Clinic will provide patients collaborative treatments and the latest for one of the most devastating genetic neurological disorders
CHICAGO, May 14, 2015 / Northwestern Medicine® recently launched a multidisciplinary clinic dedicated to the research and comprehensive treatment of patients battling Huntington’s disease. The new clinic will focus on both patient care and discovering new treatments for this inherited disease which causes the progressive breakdown of nerve cells in the brain.
“Huntington’s disease is a hereditary disorder characterized by abnormal movements and cognitive difficulties caused by a mutation in the gene huntingtin,” said Dimitri Krainc, MD, PhD, Aaron Montgomery Ward Professor and chair of The Ken & Ruth Davee Department of Neurology at the Northwestern University Feinberg School of Medicine. “The very complex nature of this disease requires a collaboration of top experts in the fields of neurology, psychiatry, genetics, social work and more. Our Huntington’s clinic will provide multidisciplinary care with researchers at the forefront of research and physicians providing the most comprehensive treatment available. It’s a group dedicated to improving the quality of life for our patients, finding better treatments and one day, hopefully, a cure.
In the United States, about 30,000 people have Huntington’s disease and many more are at risk of developing it. For these patients, brain cells, or neurons, in certain areas of the brain start to break down. As the neurons degenerate, the disease can lead to emotional disturbances, loss of intellectual abilities and uncontrolled movement. A parent with Huntington disease has a 50 percent chance of passing the disease on to their child. A genetic test can determine if someone has the gene and will develop the disease. There is no cure for Huntington’s disease and while medicine can help manage some of the symptoms, it cannot slow down or stop the disease.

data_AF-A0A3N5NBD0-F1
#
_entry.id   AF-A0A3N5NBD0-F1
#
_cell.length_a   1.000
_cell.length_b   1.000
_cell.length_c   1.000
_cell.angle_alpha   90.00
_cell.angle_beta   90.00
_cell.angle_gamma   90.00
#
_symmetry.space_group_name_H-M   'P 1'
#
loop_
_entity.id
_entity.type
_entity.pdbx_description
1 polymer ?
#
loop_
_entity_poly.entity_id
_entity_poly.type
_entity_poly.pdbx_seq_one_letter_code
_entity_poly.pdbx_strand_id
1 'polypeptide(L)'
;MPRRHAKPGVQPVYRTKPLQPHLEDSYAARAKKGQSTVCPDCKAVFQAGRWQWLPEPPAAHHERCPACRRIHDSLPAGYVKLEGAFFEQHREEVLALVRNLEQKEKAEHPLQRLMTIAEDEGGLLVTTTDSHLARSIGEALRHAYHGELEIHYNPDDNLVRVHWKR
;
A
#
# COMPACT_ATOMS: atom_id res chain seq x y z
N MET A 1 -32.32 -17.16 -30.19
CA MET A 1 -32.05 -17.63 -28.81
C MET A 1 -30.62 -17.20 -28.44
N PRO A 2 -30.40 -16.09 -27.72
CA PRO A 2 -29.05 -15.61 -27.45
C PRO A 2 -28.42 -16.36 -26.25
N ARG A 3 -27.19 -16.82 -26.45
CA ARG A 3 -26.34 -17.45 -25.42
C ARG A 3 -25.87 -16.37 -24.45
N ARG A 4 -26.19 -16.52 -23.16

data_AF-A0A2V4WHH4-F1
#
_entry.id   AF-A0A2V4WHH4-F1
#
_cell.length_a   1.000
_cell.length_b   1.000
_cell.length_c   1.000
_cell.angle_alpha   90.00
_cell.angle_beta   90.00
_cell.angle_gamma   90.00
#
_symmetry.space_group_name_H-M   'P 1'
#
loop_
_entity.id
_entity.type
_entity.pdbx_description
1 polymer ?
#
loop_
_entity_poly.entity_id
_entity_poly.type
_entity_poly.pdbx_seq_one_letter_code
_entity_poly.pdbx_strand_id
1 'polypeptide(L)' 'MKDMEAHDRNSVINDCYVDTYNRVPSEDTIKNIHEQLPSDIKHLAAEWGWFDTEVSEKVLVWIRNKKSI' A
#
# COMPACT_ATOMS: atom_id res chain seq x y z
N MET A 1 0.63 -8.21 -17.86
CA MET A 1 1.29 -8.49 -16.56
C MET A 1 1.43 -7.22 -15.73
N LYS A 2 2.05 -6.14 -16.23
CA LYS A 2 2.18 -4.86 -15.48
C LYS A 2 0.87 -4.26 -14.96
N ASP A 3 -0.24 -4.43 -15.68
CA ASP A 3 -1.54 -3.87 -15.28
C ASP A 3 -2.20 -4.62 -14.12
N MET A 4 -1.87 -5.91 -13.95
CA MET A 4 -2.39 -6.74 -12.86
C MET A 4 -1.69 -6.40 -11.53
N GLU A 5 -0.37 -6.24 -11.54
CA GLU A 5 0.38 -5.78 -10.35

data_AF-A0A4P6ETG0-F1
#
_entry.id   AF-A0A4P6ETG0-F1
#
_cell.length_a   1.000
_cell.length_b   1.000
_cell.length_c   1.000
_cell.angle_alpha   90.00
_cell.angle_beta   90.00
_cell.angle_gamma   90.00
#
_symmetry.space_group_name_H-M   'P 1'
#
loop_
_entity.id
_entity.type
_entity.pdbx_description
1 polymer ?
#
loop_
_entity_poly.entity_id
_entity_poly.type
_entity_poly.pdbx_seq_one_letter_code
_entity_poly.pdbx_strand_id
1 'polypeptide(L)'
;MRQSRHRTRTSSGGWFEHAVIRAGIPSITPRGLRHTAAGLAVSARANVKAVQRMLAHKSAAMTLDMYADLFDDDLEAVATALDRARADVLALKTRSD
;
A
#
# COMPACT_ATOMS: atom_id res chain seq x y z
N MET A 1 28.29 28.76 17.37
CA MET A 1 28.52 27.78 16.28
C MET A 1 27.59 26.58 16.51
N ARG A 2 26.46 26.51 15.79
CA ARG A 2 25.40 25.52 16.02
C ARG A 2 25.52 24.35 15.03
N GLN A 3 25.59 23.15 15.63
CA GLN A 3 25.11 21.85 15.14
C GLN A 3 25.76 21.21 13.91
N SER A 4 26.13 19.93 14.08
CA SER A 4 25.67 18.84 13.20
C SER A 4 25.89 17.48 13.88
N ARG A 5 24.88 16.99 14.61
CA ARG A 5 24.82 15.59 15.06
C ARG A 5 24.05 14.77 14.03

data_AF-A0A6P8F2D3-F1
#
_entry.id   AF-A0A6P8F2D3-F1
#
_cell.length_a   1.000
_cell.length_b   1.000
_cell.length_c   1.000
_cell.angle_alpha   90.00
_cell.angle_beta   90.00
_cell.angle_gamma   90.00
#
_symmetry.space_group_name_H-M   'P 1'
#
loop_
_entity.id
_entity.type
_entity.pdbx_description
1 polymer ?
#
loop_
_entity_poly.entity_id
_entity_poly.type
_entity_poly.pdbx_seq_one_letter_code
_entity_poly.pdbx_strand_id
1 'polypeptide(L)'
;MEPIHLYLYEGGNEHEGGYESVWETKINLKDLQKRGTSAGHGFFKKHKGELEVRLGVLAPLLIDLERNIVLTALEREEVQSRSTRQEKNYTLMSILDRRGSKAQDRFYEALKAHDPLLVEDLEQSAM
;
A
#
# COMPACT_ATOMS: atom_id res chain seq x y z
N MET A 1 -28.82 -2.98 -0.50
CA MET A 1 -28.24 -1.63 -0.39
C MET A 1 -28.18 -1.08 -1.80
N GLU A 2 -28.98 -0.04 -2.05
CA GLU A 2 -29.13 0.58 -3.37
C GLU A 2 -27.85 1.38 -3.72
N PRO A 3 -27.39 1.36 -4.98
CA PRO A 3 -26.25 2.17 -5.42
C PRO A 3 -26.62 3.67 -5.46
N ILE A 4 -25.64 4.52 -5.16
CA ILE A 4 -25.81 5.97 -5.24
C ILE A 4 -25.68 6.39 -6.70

Throughout the past decade, Krainc has been recognized as one of the leading Huntington’s disease researchers, having discovered how abnormal huntingtin leads to the dysfunction of brain cells early in the disease or before the symptoms appear. This research has identified the underpinnings of the disease that serves as the foundation for development of new treatments.
“Our physicians and researchers all have the same goal – to improve the quality of care for patients at every stage of this disease,” saidDanny Bega, MD, a neurologist and clinical director of the Huntington’s Disease Clinic at Northwestern Memorial Hospital and a faculty member at Northwestern University Feinberg School of Medicine. “While there is no cure for Huntington’s, we will work with patients to help them cope with emotional challenges while also finding the best medications to treat symptoms. In addition, we provide support for their caregivers, families and loved ones.”
The other key researchers who study Huntington’s disease at Northwestern University are:
- D. James Surmeier, PhD, Nathan Smith Davis Professor of Physiology and chair of Feinberg’s Department of Physiology. Surmeier researches how the brain’s basal ganglia network stops working normally in Huntington’s patients, which affect their core motor symptoms. His lab utilizes an animal model of Huntington’s disease with the same genetic mutation associated with the human disease. Insights gained from this work are currently being applied to clinical trials testing new therapies.
- Richard B. Silverman, PhD, John Evans Professor of Chemistry and professor in Molecular Biosciences at Northwestern University’s Weinberg College of Arts and Sciences. Silverman studies the mechanisms and design of drug agents to treat several neurodegenerative and neurological diseases. In a previous Huntington’s disease project, his group synthesized compounds active in cells that had drug-like properties and investigated their potential to reverse the effects of neurodegeneration.
- Richard I. Morimoto, PhD, Bill and Gayle Cook Professor in Molecular Biosciences at Weinberg. Morimoto investigates cell stress response pathways and protein homeostasis networks that determine the folding, transport and clearance of the proteins expressed in the body. His lab employs biochemical, genetic, molecular, proteomic and genomic methods to identify changes that occur during Huntington’s disease and other age-associated neurodegenerative diseases.
- Ravi Allada, MD, chair of Weinberg’s department of Neurobiology and professor in Feinberg’s department of Pathology. Allada’s research focuses on the circadian regulation of sleep behavior. Allada’s laboratory tests the hypothesis that the circadian clock function is linked to the neurodegenerative decline seen in Huntington’s disease and other conditions, and to discover the genetic bases of these links in hopes of providing novel pharmaceutical targets and protective strategies.
For more information on the Northwestern Medicine Huntington’s Disease Clinic, click here. To make an appointment, please call (312) 695-7950.
Senior Media Relations Associate